The UK–Japan Comprehensive Economic Partnership Agreement (CEPA) that came into force this year is expected to provide a major stimulus to bilateral trade and investment. Notwithstanding the current pandemic-induced hiatus, flows of goods, services, capital and information are expected to be complemented by a fifth flow, that of people.
The sheer scale of Japan’s market potential serves as a powerful force of attraction for people seeking business opportunities. Even the most successful, though, are likely to experience difficult conditions at times and unexpected challenges in the form of fierce competition, as well as unfamiliar language and business practices.
So, what to do when abrasive reality scuffs the most polished of business plans, as will inevitably happen at some point to a firm carving out a niche in this market? How can managers, entrepreneurs and leaders deal with the pressures, while maintaining a steady course in pursuit of their business and personal goals?
Much has been written about coping with pressure and the personal qualities that can help us to endure and hopefully excel. For me, however, an inspirational summer of sport has thrown one quality into sharp relief, revealed through the extraordinary performances of two exceptional athletes. An indispensable weapon in everyone’s arsenal of resilience, this quality is belief.
Speaking to the BBC after claiming a gold medal at the Olympic 4x100m mixed medley relay, Adam Peaty was asked what made Team GB’s swimmers special. His reply: “One word has changed the whole British team—belief. We believe we can win, we believe we can get world records. If you have belief you can build everything around that”.
Fast forward a few weeks to New York, and many in the UK stayed up late to watch Emma Raducanu turn orthodoxy on its head by winning the US Open tennis championship. Her remarkably measured response to those eager to hear the secret to her success: “The confidence comes from just inner belief. It’s not necessarily about telling everyone how good you are, but it’s about believing it within yourself”.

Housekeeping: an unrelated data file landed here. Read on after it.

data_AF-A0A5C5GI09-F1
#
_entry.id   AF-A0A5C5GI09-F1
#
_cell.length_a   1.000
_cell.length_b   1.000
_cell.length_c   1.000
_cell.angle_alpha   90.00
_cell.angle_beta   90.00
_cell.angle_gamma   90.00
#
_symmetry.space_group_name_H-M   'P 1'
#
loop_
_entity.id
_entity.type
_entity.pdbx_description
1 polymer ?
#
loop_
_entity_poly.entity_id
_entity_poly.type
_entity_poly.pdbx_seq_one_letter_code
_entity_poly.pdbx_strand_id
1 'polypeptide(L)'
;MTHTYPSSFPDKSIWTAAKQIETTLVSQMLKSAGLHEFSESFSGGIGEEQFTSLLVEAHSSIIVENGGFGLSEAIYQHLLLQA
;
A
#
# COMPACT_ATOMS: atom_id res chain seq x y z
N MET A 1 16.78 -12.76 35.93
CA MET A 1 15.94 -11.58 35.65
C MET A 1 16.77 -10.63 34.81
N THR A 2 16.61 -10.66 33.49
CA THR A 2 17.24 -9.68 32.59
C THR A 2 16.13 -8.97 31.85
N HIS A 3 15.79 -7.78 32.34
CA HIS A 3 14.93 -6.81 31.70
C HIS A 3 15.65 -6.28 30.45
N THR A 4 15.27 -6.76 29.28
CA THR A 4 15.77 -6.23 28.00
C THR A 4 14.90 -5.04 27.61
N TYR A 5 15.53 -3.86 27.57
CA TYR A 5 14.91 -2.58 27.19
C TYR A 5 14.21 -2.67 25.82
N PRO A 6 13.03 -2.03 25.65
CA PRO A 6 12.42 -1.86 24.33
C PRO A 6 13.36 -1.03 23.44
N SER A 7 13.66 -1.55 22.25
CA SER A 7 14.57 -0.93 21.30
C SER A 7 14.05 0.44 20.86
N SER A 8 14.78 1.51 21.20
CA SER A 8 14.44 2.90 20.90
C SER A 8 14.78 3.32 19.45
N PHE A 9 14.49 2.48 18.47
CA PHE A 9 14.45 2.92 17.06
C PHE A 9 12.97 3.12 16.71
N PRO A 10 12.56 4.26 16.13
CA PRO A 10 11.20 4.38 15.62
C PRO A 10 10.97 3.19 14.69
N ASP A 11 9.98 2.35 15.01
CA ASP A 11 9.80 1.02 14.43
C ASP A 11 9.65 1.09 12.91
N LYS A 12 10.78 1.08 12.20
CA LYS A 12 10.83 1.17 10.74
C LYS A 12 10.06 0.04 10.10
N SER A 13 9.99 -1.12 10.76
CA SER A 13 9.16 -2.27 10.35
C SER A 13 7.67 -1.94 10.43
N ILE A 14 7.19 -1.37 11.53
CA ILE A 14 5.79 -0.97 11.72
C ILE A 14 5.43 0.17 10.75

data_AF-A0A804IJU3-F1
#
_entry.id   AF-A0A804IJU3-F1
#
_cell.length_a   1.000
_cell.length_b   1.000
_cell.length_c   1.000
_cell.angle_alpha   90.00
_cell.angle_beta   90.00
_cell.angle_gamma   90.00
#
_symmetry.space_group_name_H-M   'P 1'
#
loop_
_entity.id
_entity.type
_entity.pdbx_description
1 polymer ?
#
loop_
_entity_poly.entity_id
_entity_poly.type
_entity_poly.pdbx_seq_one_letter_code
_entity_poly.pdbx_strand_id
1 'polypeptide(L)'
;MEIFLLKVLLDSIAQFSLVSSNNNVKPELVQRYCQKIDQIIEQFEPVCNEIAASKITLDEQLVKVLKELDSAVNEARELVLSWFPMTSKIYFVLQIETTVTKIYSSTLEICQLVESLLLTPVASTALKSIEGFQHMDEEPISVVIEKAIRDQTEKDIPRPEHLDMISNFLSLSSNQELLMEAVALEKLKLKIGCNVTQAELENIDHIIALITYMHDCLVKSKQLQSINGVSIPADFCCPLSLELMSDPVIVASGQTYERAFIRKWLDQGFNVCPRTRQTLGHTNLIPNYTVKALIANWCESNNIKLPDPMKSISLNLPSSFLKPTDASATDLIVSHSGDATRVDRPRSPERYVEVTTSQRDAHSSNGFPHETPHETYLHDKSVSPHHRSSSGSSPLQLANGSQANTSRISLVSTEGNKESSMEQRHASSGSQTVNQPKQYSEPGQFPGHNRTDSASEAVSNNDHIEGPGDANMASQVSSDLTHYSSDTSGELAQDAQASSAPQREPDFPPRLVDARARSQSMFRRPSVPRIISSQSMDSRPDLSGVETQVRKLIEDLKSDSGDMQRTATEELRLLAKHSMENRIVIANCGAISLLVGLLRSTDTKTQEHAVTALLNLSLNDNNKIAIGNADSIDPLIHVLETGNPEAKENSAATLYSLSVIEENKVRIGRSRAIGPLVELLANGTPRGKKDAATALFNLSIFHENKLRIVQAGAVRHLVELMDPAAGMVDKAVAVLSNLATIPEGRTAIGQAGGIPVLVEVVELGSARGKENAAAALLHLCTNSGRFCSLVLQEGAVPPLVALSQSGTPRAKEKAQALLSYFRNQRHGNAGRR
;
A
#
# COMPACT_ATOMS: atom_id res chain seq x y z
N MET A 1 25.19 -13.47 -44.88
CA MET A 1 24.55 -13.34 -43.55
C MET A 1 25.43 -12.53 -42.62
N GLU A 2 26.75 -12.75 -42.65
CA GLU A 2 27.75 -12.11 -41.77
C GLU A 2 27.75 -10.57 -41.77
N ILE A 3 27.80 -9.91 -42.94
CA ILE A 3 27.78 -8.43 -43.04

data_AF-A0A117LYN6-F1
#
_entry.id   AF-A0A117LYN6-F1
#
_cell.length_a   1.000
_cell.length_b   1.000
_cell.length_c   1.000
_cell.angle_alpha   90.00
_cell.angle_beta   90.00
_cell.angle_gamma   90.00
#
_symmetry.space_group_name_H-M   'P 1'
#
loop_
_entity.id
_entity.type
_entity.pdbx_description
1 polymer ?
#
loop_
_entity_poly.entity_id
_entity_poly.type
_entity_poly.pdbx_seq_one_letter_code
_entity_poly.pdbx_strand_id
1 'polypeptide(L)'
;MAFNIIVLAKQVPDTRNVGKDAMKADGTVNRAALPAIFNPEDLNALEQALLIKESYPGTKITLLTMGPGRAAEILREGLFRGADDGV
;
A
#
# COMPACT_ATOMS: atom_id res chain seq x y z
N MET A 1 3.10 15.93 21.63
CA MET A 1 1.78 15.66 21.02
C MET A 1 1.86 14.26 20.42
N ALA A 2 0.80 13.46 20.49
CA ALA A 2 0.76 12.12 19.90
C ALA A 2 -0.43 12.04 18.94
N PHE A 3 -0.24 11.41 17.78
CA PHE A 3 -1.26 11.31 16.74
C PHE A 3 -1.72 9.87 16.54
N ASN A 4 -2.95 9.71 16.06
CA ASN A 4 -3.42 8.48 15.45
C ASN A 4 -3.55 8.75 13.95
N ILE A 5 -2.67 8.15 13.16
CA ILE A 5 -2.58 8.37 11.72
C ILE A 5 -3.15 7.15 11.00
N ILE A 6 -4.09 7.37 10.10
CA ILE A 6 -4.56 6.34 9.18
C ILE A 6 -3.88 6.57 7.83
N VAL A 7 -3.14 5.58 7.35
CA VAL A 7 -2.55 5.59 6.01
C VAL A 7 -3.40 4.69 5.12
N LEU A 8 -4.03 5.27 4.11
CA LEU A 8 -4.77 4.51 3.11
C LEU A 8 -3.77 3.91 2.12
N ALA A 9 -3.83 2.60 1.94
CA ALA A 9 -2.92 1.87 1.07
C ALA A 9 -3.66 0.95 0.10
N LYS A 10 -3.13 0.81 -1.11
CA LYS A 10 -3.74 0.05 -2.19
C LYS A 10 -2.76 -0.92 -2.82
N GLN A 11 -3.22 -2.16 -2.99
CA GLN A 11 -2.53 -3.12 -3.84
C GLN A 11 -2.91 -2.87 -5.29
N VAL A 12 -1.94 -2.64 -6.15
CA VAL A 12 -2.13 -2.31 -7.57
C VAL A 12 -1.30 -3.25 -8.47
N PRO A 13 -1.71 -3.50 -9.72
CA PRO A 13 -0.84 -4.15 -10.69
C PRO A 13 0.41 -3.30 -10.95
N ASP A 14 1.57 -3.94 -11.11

Beguilingly simple, but how to nurture such belief? It turns out that, whilst the raw talent to be a champion is something with which very few are blessed, the anvil of belief on which it is hammered and honed to perfection is in large part forged from the crucible of preparation. Discounting luck, humans rarely rise to the occasion. Rather, when under pressure, we buckle back to our highest level of preparation.
Peaty swims 200 lengths (10km) six mornings per week. Raducanu has been competing in tennis tournaments for two thirds of her life, since she was six years old. Their success is no accident of good fortune.
So what might businesses learn from this when it comes to operating successfully in Japan? That they need to be at their best, having done everything in their power to justify the deep reservoir of belief that they will need to draw on along their road to success. Unfortunately, there are no short cuts to putting in the hard yards of preparation and dedicated commitment.
However, when things get tough, as they inevitably will, I invite you to remember the credo of Austrian Paralympian, Andreas Onea. He inspired members of the British Chamber of Commerce in Japan, and allied chambers, on the eve of the 2020 Paralympic Games, with his approach to adversity and personal challenge. “If I give up, I am the only one who loses”, he reflected, connecting the dots between persistence and preparation. This in turn is the bedrock for belief, and everything that can lead to.